There are some poles, and on the first pole are some rings, each a different size. The sizes of the rings increases from the top to the bottom of the pole. The only allowable move is to take the top ring from any pole and place onto another pole. You cannot place a ring on top of another ring unless the other ring is exactly one size bigger. You can make as many moves as you like.
Your goal is to move all the rings onto the second pole, in the same order. What is the highest number of rings that can be moved when there are N poles? How can you move this many rings?
I got to thinking that my description in my earlier post was a bit vague concerning the movement algorithm. For this post, rings will be labeled a, b, c, ... with 'a' being the smallest ring, and poles labeled 0, 1, 2, ... with '0' being the original, or starting pole.
Remember that for 'n' empty poles, you can move 1/2 * (nē + n) rings.
1 pole (trivial):
Move ring a to pole 1.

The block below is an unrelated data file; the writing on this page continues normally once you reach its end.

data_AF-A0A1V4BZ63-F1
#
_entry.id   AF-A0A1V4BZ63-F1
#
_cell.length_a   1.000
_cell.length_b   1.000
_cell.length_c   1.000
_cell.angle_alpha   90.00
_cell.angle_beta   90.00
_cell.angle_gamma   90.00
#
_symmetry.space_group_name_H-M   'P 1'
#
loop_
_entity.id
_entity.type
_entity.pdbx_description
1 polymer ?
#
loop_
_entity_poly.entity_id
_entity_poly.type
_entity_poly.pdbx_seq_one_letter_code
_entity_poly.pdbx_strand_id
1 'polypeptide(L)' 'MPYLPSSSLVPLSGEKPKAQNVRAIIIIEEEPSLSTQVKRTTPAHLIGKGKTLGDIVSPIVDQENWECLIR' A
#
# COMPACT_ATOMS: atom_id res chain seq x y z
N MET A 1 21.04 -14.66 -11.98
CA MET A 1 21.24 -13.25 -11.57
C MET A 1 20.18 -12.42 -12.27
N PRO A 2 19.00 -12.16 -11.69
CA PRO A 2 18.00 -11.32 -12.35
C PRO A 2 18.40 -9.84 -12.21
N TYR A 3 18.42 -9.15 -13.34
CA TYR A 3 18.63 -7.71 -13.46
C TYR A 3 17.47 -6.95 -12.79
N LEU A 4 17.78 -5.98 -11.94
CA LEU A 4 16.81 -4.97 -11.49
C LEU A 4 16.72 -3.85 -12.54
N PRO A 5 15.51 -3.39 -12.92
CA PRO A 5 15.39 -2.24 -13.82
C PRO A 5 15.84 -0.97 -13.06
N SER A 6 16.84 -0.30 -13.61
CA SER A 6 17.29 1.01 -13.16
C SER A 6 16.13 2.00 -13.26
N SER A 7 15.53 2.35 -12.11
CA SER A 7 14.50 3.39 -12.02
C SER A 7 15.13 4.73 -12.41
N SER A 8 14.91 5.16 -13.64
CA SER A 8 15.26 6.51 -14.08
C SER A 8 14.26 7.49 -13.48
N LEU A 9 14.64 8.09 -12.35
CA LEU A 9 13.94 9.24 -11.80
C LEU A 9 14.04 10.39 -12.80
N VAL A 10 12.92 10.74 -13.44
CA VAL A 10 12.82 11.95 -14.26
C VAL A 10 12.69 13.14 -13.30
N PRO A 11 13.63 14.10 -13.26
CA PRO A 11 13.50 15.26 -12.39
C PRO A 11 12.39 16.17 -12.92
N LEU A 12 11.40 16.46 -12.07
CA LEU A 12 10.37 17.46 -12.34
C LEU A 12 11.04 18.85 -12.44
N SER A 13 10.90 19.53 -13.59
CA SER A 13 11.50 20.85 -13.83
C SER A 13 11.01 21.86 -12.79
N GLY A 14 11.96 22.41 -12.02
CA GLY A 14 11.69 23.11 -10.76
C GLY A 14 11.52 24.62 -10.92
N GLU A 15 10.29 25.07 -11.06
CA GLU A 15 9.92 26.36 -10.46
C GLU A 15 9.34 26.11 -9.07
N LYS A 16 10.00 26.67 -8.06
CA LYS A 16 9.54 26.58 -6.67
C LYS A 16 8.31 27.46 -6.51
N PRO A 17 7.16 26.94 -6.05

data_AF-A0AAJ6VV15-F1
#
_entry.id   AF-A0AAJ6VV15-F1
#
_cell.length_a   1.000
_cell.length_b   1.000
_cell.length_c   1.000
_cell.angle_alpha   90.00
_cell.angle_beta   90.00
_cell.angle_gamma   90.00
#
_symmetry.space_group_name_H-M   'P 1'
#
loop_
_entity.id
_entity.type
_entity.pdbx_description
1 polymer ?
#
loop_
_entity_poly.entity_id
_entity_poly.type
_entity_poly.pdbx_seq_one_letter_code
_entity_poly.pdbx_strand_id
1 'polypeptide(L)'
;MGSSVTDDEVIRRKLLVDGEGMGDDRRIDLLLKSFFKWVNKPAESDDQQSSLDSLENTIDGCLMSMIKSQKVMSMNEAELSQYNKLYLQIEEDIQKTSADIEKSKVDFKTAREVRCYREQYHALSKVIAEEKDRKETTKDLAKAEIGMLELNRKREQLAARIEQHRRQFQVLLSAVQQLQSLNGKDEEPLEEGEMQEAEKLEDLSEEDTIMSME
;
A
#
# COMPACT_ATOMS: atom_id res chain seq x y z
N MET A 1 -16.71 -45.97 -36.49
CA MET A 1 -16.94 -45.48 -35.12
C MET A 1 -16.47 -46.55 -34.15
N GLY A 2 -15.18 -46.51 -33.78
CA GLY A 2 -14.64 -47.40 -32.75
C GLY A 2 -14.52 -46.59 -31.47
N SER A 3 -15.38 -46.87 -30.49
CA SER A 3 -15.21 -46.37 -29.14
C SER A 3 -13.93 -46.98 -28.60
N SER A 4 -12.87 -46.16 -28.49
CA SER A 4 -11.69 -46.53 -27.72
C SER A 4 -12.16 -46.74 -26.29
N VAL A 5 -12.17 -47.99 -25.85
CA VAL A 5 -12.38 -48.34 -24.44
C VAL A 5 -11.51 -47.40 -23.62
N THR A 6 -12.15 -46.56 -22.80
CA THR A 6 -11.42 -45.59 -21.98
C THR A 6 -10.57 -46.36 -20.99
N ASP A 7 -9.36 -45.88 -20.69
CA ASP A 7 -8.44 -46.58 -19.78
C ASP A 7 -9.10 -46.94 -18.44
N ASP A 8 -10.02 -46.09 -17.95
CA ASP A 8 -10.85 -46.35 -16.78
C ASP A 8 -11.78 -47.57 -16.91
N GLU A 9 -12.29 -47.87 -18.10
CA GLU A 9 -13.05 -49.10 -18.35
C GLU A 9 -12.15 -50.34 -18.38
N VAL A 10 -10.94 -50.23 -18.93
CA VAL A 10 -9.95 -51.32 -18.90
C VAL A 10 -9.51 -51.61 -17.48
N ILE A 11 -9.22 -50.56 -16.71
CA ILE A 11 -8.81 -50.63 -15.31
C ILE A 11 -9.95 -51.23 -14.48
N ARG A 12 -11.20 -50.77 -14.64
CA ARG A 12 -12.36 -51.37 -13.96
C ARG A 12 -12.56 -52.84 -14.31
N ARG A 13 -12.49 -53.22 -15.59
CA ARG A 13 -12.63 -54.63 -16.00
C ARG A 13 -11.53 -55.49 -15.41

2 poles (3 rings):
Move ring a to pole 1, move ring b to pole 2, move ring a to pole 2.
Move ring c to pole 1.
Move ring a to pole 0, move ring b to pole 1, move ring a to pole 1.
3 poles (6 rings):
Move ring a to pole 1, move ring b to pole 2, move ring c to pole 3, move ring b to pole 3, move ring a to pole 3.
Move ring d to pole 1, move ring e to pole 2, move ring d to pole 2.
Move ring f to pole 1.
Move ring d to pole 0, move ring e to pole 1, move ring d to pole 1.
Move ring a to pole 0, move ring b to pole 2, move ring c to pole 1, move ring b to pole 1, move ring a to pole 1.
As you can see, moving the three larger rings in the 6 ring solution is exactly the same as the 3 ring solution. The basic strategy is that you pull rings off the stack and put them on an empty pole until there are no more empty poles, then you put the smaller rings on top of the largest ring you pulled off the original stack. You repeat this process until you have only 1 empty pole available then you move the bottom-most ring from the stack to that pole. At the time you move the bottom-most ring you will see that each next pole has one more ring than the previous pole, just like dot diagrams of triangular numbers.
Posted by Erik O.
on 2005-05-03 17:53:06